I still feel like a sad bag but reading Sarah Macdonald’s Holy Cow has been an antidote to my dreary morning. Macdonald’s summary of Indian men in her travel memoir makes me want to laugh out so loud for the hilarity in her expressions and her accurate analysis. This ‘highly visible minority’ as she calls them are the ones in the streets of north India, especially Delhi. They follow you everywhere, they try to grope you at any given chance and according to Macdonald, ‘seem to suffer from a chronic urinary tract infection’. Oh how true! Men in India piss anywhere – beside the road, up against any building, in a park, you name it. She writes she was sick of ‘the cocky display of the penis’. LOL, and that is the reality of the demeaning Indian male, some of them.
Getting down to a bit of navel contemplation, having lived in Delhi for 15 long years I was so used to being around men whose families would look for ‘suitable girls’ to get them married off. By suitable I mean the ones who will pander to the wishes of the in-laws and everyone in the family, not just the husband. The suitable girl is a very traditional girl with a set of values, not showing any streak of independence. We north eastern girls by din of our looks and independence were off the benchmark. A case in point: a north Indian male would have an affair with a north eastern girl but he would never marry her because she would not be accepted by the family who perceives north eastern girls like westerners as being immoral, tacky and drink alcohol to top it all! FYI Northeast India is the easternmost region of the country consisting of the seven sister states (Arunachal Pradesh, Assam, Manipur, Meghalaya, Mizoram, Nagaland, Tripura and Sikkim). Northeast India is ethnically distinct from the rest of India and has strong ethnic and cultural ties with East Asia and Southeast Asia.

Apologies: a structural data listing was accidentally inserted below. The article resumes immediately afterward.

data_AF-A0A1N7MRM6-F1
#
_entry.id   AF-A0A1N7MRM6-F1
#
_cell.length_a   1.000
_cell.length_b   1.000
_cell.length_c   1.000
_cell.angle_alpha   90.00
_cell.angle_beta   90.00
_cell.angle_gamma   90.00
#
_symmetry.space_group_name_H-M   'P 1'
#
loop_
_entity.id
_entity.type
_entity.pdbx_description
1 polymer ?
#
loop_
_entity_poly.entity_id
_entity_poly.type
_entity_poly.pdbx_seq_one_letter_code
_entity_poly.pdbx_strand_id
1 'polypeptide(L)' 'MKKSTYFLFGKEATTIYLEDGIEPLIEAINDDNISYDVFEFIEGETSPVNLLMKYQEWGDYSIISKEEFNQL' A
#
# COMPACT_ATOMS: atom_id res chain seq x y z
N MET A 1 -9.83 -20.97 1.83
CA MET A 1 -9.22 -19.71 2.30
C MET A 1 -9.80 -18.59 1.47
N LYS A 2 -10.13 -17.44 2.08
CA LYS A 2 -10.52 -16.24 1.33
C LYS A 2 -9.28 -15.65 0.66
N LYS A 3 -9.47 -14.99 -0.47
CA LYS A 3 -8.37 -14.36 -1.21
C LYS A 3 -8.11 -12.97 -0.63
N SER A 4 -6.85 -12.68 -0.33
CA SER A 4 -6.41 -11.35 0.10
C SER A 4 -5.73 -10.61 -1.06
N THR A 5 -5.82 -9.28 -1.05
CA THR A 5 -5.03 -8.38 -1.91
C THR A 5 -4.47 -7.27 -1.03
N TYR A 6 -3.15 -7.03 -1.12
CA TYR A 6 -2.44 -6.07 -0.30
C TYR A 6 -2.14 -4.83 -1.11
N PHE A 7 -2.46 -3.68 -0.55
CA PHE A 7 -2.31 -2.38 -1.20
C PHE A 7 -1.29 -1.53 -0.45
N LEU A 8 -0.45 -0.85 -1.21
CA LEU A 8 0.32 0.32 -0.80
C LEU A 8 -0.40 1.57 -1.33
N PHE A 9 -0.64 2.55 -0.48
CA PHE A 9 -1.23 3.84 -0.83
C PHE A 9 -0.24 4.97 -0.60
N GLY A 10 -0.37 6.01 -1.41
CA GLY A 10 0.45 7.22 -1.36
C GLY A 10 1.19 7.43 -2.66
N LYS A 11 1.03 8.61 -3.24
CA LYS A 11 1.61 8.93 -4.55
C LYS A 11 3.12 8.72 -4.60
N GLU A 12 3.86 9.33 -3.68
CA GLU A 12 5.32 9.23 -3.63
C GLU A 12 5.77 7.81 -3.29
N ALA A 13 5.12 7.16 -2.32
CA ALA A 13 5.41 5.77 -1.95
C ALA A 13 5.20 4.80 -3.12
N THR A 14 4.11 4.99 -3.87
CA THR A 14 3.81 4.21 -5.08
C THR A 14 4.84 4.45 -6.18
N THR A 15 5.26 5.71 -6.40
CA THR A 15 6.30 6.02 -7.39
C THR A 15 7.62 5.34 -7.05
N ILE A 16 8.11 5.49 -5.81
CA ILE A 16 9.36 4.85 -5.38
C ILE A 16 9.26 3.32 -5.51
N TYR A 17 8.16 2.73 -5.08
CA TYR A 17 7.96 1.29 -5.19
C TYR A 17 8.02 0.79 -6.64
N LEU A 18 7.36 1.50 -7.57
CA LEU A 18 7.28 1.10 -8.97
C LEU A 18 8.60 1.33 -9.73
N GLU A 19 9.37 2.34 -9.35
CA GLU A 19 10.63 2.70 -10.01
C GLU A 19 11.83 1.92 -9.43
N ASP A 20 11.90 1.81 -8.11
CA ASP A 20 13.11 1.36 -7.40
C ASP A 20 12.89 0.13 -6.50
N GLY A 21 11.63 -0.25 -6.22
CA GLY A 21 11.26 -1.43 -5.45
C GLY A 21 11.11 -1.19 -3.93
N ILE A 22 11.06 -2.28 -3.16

In gatherings here in Melbourne, I find the Indian families are very proud of the ‘values’ they have grown up with and instilled in their sons. I am highly amused by how young, bearded and overgrown sons often accompany their parents to all social dos. Parents well up in pride talking about how these boys have their Indian values intact growing up in a western society (where the chances of going astray are high) while grooming to be professionals – accountants, engineers, doctors, enough to marry a decent bride. Despite their very western accent and hip hoppish dress sense, these boys are no different from their middle class Indian brethrens back in India who even after the age of 30 cling on to their mommy’s pallu. Mothers in India still buy underwears for their 30- year olds in some cases. Such is the level of nurturing and care.
I have been working with Bobby (name changed), a second generation Indian. He has turned 30 and is about to get married to a girl chosen by his parents from overseas. They will have the fat Indian wedding soon. Bobby is the benchmark of a true Indian boy with good values: he has a good career, does not hang around with friends too much, does not go to pubs, is always there for every family and community functions and has never dated a girl.
May be there is nothing wrong in arranged marriages and nothing wrong with Bobby, except that I find Bobby utterly boring. I can’t have respect for a man who depends on his parents to find a spouse or who culls out most girls from his friends list. The likes of Bobby, I think, have no identity and grow up under such parental control that any sign of independence is quelled. Is this healthy? And yet Bobby has no complains about his life, he is happy living with the values taught by his parents. There are so many Bobbys in Australia, with the result that the more I think about Indian men, the more they add to my dejection!